BTW, Gary, can we now bury the idea that you occasionally float that hotels want more award guests?

  17. Bonvoy
    Needs to be looked at.
    It borders on being unhelpful to all stakeholders.
    Tony N

  18. You should be aware that Minor has two hotels directly across from the JW which are timeshares and Marriott has a very large timeshare office in the JW as well as surrounding the property with multiple timeshare building. This would cripple Marriott if they lost the branding and give Minor a HUGE advantage.

  19. Will be interesting to see if the spat spills over to the St Regis BKK which is also owned by the Minor Group and managed by Marriott.

  20. I’m a Marriott Titanium Lifetime member. Since the merger, the cost to book a room with points have increased significantly. The new company is mostly interested in expanding the brand at the expense of its most loyal customers. I don’t doubt why this property thinks they are being mis-managed.

  21. Important context: Minor Hotels has its own brands and I think this is nothing more than an attempt to get this property re-flagged under its own brands while also promoting itself as an alternative in Southeast Asia to Marriott.

  22. We did a Marriott time share presentation, in Vegas, and it was at $32,000. WTF. Then a maintenance fee of $1300 a year. Not sure what it’s up to today but this is ridiculous. We go to Hilton Head each year and in the open market, we can get a 5 star resort, for $1100 a week. 3 bed, 3 bath, ocean front, 1500 sq. ft. Why would i pay $32000 up front for something i can get $300 cheaper, on the open market. I do own a TS in the Black Hills i can trade for any where in the world. I paid $3000 for that one. Rally Week. I can rent it for $2800 for that week 3 bd. 2 bath. Sleeps10. Some just don’t get it.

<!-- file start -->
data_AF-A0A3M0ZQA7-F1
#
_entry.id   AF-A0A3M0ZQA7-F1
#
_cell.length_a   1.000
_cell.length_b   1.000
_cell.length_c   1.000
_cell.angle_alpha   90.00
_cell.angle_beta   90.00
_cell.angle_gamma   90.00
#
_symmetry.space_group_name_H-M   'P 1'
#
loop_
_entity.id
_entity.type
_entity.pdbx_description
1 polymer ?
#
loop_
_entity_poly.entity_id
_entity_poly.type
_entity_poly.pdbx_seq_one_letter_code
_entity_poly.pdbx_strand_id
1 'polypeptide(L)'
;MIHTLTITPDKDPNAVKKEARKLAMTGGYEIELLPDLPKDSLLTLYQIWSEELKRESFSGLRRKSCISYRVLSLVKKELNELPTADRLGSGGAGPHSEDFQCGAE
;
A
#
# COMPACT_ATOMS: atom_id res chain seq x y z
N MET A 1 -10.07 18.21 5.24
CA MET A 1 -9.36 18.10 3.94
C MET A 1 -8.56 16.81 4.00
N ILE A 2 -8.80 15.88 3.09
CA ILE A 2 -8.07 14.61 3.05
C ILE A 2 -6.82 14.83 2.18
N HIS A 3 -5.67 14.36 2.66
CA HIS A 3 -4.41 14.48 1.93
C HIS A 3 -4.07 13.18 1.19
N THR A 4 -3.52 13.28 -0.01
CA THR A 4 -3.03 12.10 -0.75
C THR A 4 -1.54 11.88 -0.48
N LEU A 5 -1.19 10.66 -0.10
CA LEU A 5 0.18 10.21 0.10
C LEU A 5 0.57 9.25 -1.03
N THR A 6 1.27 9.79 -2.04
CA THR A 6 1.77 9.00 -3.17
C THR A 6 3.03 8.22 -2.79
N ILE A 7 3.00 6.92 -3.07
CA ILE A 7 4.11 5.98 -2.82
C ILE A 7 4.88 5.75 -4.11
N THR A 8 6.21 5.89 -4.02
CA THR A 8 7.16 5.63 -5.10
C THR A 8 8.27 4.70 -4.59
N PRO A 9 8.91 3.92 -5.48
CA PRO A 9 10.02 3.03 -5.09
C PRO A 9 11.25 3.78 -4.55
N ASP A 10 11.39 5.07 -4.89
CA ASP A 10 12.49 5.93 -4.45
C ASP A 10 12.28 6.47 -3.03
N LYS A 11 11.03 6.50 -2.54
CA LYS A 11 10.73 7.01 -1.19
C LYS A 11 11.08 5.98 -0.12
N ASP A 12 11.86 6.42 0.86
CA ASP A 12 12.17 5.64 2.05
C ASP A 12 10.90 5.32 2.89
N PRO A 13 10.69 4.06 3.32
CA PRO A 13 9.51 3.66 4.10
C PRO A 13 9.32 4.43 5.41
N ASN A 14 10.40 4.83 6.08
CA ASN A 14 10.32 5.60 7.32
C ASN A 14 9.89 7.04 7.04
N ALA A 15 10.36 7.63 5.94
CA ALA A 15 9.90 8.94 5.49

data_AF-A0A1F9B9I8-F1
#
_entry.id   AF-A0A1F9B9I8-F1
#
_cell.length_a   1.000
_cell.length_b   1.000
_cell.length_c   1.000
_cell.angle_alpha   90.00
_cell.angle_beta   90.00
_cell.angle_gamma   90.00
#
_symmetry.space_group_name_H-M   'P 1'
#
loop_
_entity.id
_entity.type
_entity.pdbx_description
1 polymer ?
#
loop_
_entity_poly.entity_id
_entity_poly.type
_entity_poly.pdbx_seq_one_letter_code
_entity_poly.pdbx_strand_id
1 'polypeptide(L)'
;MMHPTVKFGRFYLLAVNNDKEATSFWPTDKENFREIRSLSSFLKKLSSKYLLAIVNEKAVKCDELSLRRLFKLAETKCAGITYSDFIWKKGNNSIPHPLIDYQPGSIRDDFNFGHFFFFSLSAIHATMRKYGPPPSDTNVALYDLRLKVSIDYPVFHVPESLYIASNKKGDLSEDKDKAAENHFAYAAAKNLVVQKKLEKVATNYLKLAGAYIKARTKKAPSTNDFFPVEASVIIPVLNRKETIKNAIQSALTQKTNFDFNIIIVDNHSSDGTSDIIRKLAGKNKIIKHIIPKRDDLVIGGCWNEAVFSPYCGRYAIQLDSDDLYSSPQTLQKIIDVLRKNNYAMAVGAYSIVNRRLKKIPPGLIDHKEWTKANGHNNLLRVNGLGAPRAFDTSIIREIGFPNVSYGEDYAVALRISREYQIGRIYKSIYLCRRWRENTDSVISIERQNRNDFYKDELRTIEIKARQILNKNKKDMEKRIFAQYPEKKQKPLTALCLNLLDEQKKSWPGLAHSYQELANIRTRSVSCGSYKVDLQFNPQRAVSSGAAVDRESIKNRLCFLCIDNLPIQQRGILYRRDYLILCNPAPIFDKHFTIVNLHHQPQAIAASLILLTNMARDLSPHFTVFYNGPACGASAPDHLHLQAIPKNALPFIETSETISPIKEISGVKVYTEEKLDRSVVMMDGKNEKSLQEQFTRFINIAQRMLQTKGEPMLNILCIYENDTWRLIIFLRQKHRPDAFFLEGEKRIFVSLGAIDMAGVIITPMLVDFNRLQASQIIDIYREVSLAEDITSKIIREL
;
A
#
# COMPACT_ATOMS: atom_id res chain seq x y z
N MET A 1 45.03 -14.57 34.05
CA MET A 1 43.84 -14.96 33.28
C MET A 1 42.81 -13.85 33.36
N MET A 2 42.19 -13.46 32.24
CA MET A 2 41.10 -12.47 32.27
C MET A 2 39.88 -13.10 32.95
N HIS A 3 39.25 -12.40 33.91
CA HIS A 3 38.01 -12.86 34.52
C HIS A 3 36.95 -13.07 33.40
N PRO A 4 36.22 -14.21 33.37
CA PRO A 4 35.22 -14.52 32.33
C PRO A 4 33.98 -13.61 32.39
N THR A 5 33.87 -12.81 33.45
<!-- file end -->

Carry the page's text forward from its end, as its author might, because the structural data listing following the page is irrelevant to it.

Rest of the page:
23. i did stay there some years ago and did not even like the resort…. very dark inside and old fashioned rooms….. i moved to the Renaissance next door which is a bright, modern and much more happy place to stay…… and that is what many people want i think…..
    I was booked in for 1 week for vacation at The JW Marriott, but decided to move next door fast……
    The hotel does not represent what people are looking for nowadays…… even the Marriott Nai Yang Beach Resort close to the Airport is much nicer with excellent staff, nicer rooms and huge pools……..
    The owners should also realize that the taste of people changes in the cause of years and they should not only blame Marriott…….
    The Japanese Restaurant was good, i liked that one….. good quality, but expensive
    I am a happy BonVoy Titanium Member, but would not choose that resort, for me its not worth the money more my points…..

  24. Minor team are I believed run by uneducated team. First of all are they blind to see how the Phuket market is performing since many years. Do they don’t know how to read a STR report. Marriott should ask Minor group to present the reports for their other hotels in the region to see how many of there hotels have managed to achieve budget and growth since 2013. MINOR is a baby company who want to make quick cash and move out. It’s not the fault of Marriott it’s the bloody market. Redemption rate they have no case based on Marriott agreement where the owners arre safegaured.
    I think Minon is forget that they are running JW Marriott where their cost of purchasing cost to provide quality will be much higher that a OYO hotel.